Another Spielbergian propaganda turn is found in his portrayal of the East German soldiers in the film: their haircuts, uniforms and demeanor clearly telegraph an identification of them as (post-war) Nazis, despite the fact they work for the Communists. Some Zionists will watch the wind-up German troops in "Bridge of Spies” and mutter, “The Germans never change.” Spielberg can’t seem to get a grip on his ethnic frenzy when it comes to WWII-era (and beyond) German soldiers. As in "Schindler’s List” (replete with its counterfeit Talmudic quote which became the movie’s motto), Spielberg the falsifier has a compulsion to stereotype them as evil automatons. Meanwhile, the evil Judaic Communist who was their superior in real life, East Germany’s Stasi Secret Police Counter-Intelligence Chief Marcus Wolf, the fiend who ordered the killing of Germans attempting to escape to the West over "The Wall” (the would-be escapees are graphically depicted being machine-gunned in “Bridge of Spies”) is of course never mentioned or identified. (At the risk of being accused of being a pinko, I will hazard the guess that if Communist East Germany were still in existence it is doubtful that they would be so mentally defective and morally degenerate as to welcome thousands — much less hundreds of thousands — of mainly young, uneducated and angry Islamic male migrants from Sudan, Syria and parts unknown; anymore than Putin’s Russia does).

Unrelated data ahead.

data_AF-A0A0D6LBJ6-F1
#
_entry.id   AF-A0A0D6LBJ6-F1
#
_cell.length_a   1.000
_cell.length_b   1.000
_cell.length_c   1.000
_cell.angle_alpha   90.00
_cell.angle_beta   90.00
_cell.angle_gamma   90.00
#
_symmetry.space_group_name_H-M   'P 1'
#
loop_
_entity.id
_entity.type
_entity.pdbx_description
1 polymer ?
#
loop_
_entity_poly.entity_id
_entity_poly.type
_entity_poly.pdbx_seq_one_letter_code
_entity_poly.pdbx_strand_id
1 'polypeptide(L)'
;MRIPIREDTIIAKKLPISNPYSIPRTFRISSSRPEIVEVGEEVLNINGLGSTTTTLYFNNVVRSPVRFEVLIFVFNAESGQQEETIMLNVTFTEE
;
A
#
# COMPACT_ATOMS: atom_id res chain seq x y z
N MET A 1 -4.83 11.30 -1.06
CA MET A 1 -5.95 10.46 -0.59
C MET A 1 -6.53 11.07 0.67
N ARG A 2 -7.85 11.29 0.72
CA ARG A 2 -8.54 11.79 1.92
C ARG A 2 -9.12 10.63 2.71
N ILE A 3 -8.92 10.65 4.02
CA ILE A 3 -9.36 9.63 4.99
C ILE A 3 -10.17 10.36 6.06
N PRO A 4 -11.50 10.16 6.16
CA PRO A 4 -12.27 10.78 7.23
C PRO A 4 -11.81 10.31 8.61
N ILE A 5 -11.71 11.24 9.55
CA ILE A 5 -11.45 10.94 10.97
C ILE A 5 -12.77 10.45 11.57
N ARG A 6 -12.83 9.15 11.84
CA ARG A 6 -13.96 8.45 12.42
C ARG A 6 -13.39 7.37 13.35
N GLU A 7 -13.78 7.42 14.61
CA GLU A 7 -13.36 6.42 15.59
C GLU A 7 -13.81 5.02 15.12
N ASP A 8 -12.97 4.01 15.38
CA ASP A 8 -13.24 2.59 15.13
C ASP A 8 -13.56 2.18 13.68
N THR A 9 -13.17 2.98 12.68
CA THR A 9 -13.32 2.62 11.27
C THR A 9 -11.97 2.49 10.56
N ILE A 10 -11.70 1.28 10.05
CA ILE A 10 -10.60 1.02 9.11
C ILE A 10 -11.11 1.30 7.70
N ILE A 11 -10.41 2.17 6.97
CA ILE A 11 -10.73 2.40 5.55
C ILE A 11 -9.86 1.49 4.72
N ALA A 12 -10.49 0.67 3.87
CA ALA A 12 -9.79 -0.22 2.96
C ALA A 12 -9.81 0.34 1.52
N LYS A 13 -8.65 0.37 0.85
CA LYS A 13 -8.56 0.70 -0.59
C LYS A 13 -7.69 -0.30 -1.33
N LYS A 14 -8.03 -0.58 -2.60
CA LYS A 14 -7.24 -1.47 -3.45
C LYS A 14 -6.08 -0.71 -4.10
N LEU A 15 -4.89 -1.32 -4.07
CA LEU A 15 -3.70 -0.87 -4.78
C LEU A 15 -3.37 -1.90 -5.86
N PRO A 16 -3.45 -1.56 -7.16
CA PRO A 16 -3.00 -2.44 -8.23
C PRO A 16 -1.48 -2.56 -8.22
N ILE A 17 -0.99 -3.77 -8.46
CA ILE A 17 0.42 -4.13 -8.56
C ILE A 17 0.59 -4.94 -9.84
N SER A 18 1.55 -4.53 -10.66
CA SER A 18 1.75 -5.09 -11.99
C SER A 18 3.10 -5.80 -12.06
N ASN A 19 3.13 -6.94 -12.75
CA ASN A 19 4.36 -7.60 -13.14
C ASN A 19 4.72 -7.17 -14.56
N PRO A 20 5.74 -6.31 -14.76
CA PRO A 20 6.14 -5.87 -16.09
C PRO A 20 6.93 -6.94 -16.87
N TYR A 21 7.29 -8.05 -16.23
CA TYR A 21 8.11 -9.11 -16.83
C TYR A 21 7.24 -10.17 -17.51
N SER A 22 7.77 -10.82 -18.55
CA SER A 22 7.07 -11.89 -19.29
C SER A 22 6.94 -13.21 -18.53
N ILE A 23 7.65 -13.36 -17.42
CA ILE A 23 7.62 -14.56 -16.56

"Bridge of Spies” depicts American school children filled with fear bordering on panic over the likelihood of nuclear war with the Russians. As a child of the 1950s I can testify that I witnessed no such serious bouts of anxiety. We were as children exposed to nuclear war scenarios, but most of us were fascinated by the technology exhibited — science fiction come to life — rather than fearful of it. Perhaps it’s impossible for 21st century denizens to believe it, but in the late '50s we were too snug in our cocoons of small town security and peace to have seriously entertained the probability of nuclear attack. The prospect was too remote from our daily lives to effect us in the way Spielberg portrays. Adults built bomb shelters and some went to extremes. It was not an issue for me or my chums however, contrary to what Spielberg’s screenwriters (among whom are the Coen brothers), seek to convey.